Now we know. Growth in Australian wages remained stuck cruising at a low altitude of 2.1% in the March 2018 quarter, unchanged from the previous quarter and the quarter before that.
Take these annual growth rates to two decimal places and we find that wages eased to 2.07% in the March 2018 quarter from 2.08% in the December 2017 quarter and 2.09% in the September quarter.
Normally, I wouldn't quibble about decimal points but RBA deputy governor Guy Debelle's recent statement at the CFO Forum held in Sydney yesterday, quipped that "Recent data on wages provides some assurance that wages growth has troughed."
For sure wages growth may have troughed from the record slow rates of 1.9% in the September 2016 quarter to the June 2017 quarter, but the recent figures (up to two decimal places) also changes my metaphor from "cruising at a low altitude" to "slight descent" (barely noticeable perhaps but still a descent).
The breakdown in the Wage Price Index report showed private sector wages growth slowed from 1.93% to 1.92% in the March quarter but public sector wages slowed by more - from 2.44% to 2.35%.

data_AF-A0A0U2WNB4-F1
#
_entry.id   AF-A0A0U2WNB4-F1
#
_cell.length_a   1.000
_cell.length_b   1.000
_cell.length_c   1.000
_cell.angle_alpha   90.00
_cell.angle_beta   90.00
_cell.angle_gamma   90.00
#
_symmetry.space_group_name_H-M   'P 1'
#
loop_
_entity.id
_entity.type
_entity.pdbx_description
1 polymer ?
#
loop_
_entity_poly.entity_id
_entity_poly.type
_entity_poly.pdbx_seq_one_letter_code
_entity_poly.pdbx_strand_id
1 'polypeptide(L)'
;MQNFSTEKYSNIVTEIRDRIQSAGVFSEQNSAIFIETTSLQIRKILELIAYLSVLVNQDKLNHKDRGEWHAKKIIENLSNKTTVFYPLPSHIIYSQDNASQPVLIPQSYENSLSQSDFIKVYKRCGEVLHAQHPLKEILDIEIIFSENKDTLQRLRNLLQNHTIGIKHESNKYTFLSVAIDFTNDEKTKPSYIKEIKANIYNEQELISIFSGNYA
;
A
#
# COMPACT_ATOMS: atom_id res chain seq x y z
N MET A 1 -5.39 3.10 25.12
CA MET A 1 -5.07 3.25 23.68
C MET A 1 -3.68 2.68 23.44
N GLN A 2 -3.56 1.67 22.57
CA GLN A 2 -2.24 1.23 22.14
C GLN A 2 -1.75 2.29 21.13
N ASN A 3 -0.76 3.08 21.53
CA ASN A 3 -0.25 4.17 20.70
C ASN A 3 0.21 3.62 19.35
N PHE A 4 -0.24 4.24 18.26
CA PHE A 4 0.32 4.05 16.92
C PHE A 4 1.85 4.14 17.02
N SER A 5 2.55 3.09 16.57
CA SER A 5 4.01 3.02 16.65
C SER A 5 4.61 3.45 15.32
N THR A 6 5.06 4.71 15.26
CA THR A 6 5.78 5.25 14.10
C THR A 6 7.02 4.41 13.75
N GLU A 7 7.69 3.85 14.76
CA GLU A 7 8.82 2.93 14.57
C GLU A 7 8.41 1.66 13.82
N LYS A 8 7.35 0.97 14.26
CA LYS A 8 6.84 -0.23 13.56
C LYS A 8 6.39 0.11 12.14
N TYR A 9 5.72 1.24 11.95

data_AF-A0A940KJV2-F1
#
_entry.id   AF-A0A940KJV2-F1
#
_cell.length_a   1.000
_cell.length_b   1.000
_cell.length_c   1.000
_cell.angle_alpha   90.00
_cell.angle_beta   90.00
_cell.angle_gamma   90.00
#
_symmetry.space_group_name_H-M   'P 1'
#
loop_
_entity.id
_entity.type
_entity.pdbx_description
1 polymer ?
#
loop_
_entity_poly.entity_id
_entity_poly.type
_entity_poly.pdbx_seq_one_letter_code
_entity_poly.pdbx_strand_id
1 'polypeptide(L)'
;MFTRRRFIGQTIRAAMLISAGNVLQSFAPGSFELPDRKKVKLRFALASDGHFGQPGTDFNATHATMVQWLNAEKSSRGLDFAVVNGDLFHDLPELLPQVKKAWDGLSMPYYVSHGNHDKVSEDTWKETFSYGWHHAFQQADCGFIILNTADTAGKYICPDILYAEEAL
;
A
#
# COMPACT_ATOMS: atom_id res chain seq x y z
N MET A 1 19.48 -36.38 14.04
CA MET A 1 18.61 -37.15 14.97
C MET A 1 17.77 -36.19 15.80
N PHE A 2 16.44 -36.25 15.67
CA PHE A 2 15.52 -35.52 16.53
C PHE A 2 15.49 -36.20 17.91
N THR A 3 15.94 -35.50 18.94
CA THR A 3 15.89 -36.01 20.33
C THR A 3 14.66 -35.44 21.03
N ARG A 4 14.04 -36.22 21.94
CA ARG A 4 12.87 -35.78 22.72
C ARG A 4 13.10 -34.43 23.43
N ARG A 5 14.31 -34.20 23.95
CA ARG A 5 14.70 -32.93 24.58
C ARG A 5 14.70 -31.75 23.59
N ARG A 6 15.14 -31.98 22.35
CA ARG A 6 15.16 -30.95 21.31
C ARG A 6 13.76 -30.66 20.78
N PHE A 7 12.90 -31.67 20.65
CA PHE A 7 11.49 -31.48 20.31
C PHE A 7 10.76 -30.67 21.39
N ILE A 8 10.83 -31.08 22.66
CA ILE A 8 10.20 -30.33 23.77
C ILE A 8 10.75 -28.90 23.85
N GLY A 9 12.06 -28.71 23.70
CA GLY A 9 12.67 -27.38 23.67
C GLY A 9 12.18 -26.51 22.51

Lacklustre wages growth would continue to dampen household spending that's already saddled with record high levels of debt.
The good news is that, my back of the envelope calculations show that the wage price index has to grow by 0.18% in the June quarter (1.68% year-on-year) to match the Budget 2018/19 forecast of 2.25% growth.
The tax cuts embedded in the Budget should also provide some tailwind behind household consumption and so too would the RBA's accommodative policy stance.
Reading between the lines of Debelle's speech, the RBA won't raise interest rates until wages and household income grow faster than they have in recent times.
"How much longer is wages growth going to remain at its current low rates?" (Guy Debelle)